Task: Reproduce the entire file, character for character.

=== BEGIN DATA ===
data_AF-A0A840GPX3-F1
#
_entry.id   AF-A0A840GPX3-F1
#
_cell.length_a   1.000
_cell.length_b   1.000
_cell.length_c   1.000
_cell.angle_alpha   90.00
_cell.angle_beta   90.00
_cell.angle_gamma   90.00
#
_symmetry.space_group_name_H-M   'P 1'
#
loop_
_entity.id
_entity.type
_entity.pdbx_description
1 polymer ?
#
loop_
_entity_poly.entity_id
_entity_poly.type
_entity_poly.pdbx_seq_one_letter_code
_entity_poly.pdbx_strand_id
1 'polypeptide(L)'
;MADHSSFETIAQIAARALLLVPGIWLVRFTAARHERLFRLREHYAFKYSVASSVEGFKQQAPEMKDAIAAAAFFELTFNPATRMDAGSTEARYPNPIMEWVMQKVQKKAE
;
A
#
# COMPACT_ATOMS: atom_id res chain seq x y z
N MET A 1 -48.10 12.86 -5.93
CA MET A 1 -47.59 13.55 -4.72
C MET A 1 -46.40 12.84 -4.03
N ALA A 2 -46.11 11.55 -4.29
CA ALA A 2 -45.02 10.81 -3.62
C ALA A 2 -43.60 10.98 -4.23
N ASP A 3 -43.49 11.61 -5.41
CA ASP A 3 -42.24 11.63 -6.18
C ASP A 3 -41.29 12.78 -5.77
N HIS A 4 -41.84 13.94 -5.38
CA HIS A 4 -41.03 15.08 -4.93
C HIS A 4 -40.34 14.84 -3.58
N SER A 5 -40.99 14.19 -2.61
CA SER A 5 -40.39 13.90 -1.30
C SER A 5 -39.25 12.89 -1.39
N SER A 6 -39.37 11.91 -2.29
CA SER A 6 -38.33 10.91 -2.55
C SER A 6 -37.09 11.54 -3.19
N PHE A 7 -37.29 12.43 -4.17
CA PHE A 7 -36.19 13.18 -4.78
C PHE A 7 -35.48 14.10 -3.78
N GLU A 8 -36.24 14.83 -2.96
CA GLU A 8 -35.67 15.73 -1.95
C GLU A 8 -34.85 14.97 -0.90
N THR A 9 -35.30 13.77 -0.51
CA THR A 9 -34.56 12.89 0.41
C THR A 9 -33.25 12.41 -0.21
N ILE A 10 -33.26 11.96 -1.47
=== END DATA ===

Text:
data_AF-A0A840GPX3-F1
#
_entry.id   AF-A0A840GPX3-F1
#
_cell.length_a   1.000
_cell.length_b   1.000
_cell.length_c   1.000
_cell.angle_alpha   90.00
_cell.angle_beta   90.00
_cell.angle_gamma   90.00
#
_symmetry.space_group_name_H-M   'P 1'
#
loop_
_entity.id
_entity.type
_entity.pdbx_description
1 polymer ?
#
loop_
_entity_poly.entity_id
_entity_poly.type
_entity_poly.pdbx_seq_one_letter_code
_entity_poly.pdbx_strand_id
1 'polypeptide(L)'
;MADHSSFETIAQIAARALLLVPGIWLVRFTAARHERLFRLREHYAFKYSVASSVEGFKQQAPEMKDAIAAAAFFELTFNPATRMDAGSTEARYPNPIMEWVMQKVQKKAE
;
A
#
# COMPACT_ATOMS: atom_id res chain seq x y z
N MET A 1 -48.10 12.86 -5.93
CA MET A 1 -47.59 13.55 -4.72
C MET A 1 -46.40 12.84 -4.03
N ALA A 2 -46.11 11.55 -4.29
CA ALA A 2 -45.02 10.81 -3.62
C ALA A 2 -43.60 10.98 -4.23
N ASP A 3 -43.49 11.61 -5.41
CA ASP A 3 -42.24 11.63 -6.18
C ASP A 3 -41.29 12.78 -5.77
N HIS A 4 -41.84 13.94 -5.38
CA HIS A 4 -41.03 15.08 -4.93
C HIS A 4 -40.34 14.84 -3.58
N SER A 5 -40.99 14.19 -2.61
CA SER A 5 -40.39 13.90 -1.30
C SER A 5 -39.25 12.89 -1.39
N SER A 6 -39.37 11.91 -2.29
CA SER A 6 -38.33 10.91 -2.55
C SER A 6 -37.09 11.54 -3.19
N PHE A 7 -37.29 12.43 -4.17
CA PHE A 7 -36.19 13.18 -4.78
C PHE A 7 -35.48 14.10 -3.78
N GLU A 8 -36.24 14.83 -2.96
CA GLU A 8 -35.67 15.73 -1.95
C GLU A 8 -34.85 14.97 -0.90
N THR A 9 -35.30 13.77 -0.51
CA THR A 9 -34.56 12.89 0.41
C THR A 9 -33.25 12.41 -0.21
N ILE A 10 -33.26 11.96 -1.47